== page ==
Proposal: Symbol.inObject well-known symbol to customize the "in" operator's behavior

guest271314 guest271314 at gmail.com
Fri May 10 03:23:01 UTC 2019


```
"" in q("food") // true
```

Is the purpose of the code to return a boolean for string and integer
input?

What is the significance of  ```in``` operator usage to output?

On Fri, May 10, 2019 at 2:34 AM Tom Barrasso <tom at barrasso.me> wrote:

> `handler.has(target, key)` appears to be the most direct way to accomplish
> this, although as mentioned in requires dealing with string parsing.
> Here's a quick example I put together using `Proxy` to accomplish the
> `range` function.
>
> ```js
> function range(min, max) {
>   return new Proxy(Object.create(null), {
>     has (target, key) {
>       return (Number(key) >= min && Number(key) <= max)
>     }
>   })
> }
> ```
>
> However, the same cannot be achieved easily for Strings. I consider using
> Strings directly, but got a "Uncaught TypeError: Cannot create proxy with a
> non-object as target or handler."
> I also considered using template tags as well, but that seemed like more
> of a novel hack and not advantageous compared to a simple function. This is
> the best I could come up with.
>
> ```js
> function q(str) {
>   const S = class extends String{}
>   return new Proxy(new S(str), {
>     has (target, searchString) {
>       return str.includes(searchString)
>     }
>   })
> }
> ```
>
> A class that extends String is sufficient where a String itself is not,
> although this has ramifications elsewhere like being passed by reference,
> not value, through functions.
> Based on the stringification and inability to work with native object
> prototype, I'm not fully convinced that `Proxy` is a complete substitute
> for `Symbol.inObject`.
>
> Tom
>
> On Thu, May 9, 2019 at 7:20 PM Isiah Meadows <isiahmeadows at gmail.com>
> wrote:
>
>> There's several ways proxies can change the result of `in`:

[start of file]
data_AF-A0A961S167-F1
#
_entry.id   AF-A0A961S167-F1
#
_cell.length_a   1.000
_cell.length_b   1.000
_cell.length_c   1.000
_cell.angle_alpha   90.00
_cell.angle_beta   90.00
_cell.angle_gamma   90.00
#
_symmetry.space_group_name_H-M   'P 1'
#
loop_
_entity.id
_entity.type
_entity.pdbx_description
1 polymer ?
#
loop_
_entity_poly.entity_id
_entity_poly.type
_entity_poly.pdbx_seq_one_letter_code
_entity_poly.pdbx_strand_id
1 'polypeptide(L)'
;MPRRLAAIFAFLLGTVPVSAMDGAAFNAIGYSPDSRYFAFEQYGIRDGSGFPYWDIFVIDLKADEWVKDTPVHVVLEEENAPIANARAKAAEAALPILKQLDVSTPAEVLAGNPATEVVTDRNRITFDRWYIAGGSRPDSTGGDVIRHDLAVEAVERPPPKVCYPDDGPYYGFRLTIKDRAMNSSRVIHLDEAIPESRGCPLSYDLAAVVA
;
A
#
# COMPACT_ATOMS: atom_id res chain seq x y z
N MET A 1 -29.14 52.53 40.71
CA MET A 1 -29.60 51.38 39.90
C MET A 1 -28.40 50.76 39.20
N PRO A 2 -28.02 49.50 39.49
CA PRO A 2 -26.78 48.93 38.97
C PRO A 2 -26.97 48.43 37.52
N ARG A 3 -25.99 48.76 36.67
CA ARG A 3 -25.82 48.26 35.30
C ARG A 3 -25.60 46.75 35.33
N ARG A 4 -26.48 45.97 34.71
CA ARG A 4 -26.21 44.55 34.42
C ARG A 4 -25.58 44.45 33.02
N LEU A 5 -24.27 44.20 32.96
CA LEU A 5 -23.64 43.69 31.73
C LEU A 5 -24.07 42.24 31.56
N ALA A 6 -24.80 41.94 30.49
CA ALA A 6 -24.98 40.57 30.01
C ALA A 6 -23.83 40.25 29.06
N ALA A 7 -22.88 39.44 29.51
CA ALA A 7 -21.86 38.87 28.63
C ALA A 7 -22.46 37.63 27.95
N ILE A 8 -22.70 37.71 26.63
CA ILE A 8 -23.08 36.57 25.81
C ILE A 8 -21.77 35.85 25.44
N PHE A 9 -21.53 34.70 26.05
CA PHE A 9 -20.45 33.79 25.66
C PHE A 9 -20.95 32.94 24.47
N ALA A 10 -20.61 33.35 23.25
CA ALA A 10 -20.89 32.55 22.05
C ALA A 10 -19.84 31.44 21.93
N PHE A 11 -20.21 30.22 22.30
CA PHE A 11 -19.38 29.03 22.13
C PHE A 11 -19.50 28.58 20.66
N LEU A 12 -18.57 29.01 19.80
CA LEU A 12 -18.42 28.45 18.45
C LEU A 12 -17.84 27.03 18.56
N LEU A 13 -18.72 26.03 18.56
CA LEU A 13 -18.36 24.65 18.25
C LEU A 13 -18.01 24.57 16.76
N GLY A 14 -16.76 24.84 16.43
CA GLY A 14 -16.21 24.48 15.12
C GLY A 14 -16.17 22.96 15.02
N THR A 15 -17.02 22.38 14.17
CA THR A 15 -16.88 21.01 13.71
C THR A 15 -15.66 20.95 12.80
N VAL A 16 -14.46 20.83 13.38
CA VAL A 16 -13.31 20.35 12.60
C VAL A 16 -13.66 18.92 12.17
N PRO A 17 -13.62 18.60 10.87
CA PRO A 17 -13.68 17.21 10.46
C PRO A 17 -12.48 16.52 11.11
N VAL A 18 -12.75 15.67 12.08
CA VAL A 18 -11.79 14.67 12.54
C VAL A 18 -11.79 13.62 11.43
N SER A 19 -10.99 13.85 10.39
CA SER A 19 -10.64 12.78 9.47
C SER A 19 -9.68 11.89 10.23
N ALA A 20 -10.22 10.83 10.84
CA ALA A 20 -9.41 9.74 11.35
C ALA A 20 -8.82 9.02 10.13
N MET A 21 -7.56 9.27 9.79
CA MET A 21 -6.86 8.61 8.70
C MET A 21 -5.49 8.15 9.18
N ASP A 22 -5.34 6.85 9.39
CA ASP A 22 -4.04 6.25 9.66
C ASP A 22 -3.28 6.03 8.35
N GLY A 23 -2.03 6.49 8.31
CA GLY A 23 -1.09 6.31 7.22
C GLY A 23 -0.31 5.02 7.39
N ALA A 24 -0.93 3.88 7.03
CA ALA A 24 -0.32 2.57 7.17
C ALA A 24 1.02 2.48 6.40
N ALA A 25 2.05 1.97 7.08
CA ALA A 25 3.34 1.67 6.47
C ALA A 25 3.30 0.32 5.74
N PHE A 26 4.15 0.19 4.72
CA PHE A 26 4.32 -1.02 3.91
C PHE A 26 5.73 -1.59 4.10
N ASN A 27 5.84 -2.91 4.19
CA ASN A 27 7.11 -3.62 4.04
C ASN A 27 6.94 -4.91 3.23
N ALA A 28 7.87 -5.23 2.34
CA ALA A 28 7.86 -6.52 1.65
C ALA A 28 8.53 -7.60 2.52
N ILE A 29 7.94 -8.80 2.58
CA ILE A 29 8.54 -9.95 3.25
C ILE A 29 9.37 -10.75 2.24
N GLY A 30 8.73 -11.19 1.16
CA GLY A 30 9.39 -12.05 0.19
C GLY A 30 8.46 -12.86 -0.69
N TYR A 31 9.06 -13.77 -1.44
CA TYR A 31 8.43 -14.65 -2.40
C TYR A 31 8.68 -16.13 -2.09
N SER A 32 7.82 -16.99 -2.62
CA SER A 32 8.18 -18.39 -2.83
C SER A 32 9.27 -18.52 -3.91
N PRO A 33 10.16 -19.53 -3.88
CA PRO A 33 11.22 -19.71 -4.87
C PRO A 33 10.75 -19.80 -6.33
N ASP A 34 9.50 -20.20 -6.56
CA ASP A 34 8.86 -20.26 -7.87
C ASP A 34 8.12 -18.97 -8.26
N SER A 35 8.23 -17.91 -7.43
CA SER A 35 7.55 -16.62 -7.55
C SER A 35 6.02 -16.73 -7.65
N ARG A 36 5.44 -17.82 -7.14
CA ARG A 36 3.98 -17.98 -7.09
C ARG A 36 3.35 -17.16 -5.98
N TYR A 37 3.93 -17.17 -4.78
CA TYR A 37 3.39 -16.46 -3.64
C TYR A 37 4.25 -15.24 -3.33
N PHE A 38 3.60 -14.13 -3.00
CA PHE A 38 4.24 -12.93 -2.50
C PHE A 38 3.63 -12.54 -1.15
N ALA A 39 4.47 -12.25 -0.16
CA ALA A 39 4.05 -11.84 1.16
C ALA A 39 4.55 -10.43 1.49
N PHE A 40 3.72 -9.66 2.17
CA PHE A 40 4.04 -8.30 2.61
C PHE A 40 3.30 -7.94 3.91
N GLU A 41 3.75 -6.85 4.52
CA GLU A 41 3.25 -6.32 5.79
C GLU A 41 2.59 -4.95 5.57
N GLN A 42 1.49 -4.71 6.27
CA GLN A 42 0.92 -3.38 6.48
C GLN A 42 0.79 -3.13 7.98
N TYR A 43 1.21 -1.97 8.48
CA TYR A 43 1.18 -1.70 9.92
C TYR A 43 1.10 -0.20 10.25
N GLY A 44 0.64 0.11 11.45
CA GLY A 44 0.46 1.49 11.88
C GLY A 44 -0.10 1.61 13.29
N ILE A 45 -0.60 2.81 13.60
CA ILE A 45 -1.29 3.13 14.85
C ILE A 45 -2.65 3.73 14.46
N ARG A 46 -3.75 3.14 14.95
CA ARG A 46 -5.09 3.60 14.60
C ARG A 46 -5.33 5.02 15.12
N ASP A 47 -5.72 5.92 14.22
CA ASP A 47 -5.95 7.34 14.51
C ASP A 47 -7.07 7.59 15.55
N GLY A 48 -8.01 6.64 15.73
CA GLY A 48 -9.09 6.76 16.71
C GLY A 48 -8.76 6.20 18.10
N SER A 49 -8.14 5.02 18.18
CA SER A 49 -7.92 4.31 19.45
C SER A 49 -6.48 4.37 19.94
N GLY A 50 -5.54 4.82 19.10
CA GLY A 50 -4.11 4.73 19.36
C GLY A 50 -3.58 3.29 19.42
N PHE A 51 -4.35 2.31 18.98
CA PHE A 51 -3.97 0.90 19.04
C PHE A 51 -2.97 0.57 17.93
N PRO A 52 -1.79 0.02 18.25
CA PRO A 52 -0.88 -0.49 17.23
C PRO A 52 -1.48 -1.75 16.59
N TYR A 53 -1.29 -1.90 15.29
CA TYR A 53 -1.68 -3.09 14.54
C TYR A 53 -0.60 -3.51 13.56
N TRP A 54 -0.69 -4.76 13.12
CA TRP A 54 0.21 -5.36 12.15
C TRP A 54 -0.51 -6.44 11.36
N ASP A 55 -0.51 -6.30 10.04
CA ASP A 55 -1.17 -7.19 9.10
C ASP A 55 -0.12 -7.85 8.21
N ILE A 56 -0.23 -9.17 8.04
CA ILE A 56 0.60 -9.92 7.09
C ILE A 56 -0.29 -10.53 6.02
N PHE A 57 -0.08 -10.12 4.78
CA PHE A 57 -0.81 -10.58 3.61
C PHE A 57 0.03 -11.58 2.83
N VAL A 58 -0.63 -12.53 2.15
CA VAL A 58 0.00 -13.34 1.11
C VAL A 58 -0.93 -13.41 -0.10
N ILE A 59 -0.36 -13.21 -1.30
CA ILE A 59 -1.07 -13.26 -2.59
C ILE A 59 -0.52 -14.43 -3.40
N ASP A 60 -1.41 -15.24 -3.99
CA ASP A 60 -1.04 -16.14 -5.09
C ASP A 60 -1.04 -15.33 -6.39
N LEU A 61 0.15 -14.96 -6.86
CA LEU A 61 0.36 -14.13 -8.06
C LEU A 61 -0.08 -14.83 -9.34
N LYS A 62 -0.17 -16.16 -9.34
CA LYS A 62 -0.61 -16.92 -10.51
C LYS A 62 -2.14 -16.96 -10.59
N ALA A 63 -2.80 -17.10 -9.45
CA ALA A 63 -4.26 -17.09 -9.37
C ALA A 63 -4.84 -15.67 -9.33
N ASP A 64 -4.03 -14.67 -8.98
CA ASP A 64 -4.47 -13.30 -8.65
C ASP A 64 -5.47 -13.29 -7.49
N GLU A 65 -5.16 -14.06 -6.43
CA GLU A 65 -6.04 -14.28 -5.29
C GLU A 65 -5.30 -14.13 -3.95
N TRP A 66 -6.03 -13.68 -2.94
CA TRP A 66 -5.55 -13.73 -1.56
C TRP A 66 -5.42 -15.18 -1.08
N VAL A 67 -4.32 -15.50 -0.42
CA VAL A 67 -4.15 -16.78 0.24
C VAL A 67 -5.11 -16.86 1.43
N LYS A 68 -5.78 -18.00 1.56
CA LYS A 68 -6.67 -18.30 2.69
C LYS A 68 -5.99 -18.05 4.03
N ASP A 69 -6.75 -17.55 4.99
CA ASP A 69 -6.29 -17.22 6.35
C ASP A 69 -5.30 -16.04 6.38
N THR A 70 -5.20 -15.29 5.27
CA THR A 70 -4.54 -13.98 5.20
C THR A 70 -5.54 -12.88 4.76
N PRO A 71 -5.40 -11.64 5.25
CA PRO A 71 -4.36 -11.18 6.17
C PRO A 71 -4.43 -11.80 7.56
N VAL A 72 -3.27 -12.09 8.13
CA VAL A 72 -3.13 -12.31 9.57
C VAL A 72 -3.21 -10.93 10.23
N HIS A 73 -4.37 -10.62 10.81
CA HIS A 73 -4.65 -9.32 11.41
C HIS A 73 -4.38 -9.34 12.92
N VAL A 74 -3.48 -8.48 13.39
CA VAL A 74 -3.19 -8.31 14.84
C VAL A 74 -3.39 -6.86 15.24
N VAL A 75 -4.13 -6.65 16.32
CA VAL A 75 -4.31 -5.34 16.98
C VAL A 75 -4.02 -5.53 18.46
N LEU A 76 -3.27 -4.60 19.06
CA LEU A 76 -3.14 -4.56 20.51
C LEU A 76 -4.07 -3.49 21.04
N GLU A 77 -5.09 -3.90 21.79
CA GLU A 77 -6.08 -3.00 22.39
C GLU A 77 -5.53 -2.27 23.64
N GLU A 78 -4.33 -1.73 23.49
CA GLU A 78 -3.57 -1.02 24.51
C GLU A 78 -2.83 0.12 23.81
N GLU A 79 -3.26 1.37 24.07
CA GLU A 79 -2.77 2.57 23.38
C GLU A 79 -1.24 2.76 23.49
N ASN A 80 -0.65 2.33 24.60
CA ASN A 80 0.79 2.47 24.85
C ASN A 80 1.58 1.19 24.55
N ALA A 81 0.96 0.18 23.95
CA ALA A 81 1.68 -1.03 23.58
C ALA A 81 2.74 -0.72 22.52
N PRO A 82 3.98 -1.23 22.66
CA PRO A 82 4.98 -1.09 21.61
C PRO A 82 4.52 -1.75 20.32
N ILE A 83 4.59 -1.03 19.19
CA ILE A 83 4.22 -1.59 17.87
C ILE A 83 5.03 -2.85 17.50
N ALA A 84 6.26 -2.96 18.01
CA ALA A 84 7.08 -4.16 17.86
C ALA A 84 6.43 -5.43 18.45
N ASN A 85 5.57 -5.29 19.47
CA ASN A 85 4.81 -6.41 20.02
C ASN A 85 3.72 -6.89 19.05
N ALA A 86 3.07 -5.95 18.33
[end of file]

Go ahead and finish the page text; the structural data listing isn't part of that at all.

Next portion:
>>
>> - Directly via `handler.has(target, key)` (returns boolean)
>> - Indirectly via `handler.getOwnPropertyDescriptor(target, key)` (returns
>> existing descriptor or `undefined` if missing)
>> - Indirectly via `handler.getPrototypeOf(target)' (returns relevant
>> prototype)
>>
>> The proxy trap `has` is almost a direct substitute for your
>> `Symbol.inObject` in most cases, provided you're okay with keys getting
>> stringified.
>>
>> On Thu, May 9, 2019 at 17:17 Tom Barrasso <tom at barrasso.me> wrote:
>>
>>> Thanks interesting, I hadn’t realized it was possible to “trap” the in
>>> operator using Proxy. I may be wrong, but I don’t think Proxy is capable of
>>> operating on the prototype chain. Specifically, I don’t think you can
>>> change the behavior of the in operator for all Strings (which I’m sure many
>>> would prefer).
>>>
>>> If this Symbol were seriously considered I believe it would expand the
>>> meaning of the in operator as you’re correct, this is definitely not it’s
>>> current intention.
>>>
>>> Tom
>>>
>>> On Thu, May 9, 2019 at 4:39 PM Claude Pache <claude.pache at gmail.com>
>>> wrote:
>>>
>>>>
>>>>
>>>> Le 9 mai 2019 à 20:52, Tom Barrasso <tom at barrasso.me> a écrit :
>>>>
>>>> Like Symbol.hasInstance but for the "in" operator.
>>>> This symbol would work for both native and user-defined objects.
>>>>
>>>> **Example implementation** prototyping native object:
>>>>
>>>> ```js
>>>> String.prototype[Symbol.inObject] =
>>>>   function(searchString) {
>>>>     return this.includes(searchString)
>>>> }
>>>> ```
>>>>
>>>>
>>>> **Example implementation* *for user-defined object:
>>>>
>>>> ```js
>>>> function range(min, max) => ({
>>>>     [Symbol.inObject]: (prop) => {
>>>>         return (prop >= min && prop <= max)
>>>>     }
>>>> })
>>>> ```
>>>>
>>>>
>>>> **Example usage**:
>>>>
>>>> ```js
>>>> ("foo" in "food")    // true
>>>> (14 in range(1, 25)) // true
>>>> ```
>>>>
>>>>
>>>> Those two examples seem to give to the `in` operator a meaning that it
>>>> was not intended to have. The `in` operator is specifically meant to check
>>>> whether a given property exists in a given object.
>>>>
>>>> Also, there already exists a way to customise the behaviour of the `in`
>>>> operator, namely by using a Proxy.
>>>>
>>>> —Claude
>>>>
>>> _______________________________________________
>>> es-discuss mailing list
>>> es-discuss at mozilla.org
>>> https://mail.mozilla.org/listinfo/es-discuss
>>>
>> --
>> -----
>>
>> Isiah Meadows
>> contact at isiahmeadows.com
>> www.isiahmeadows.com
>>
> _______________________________________________
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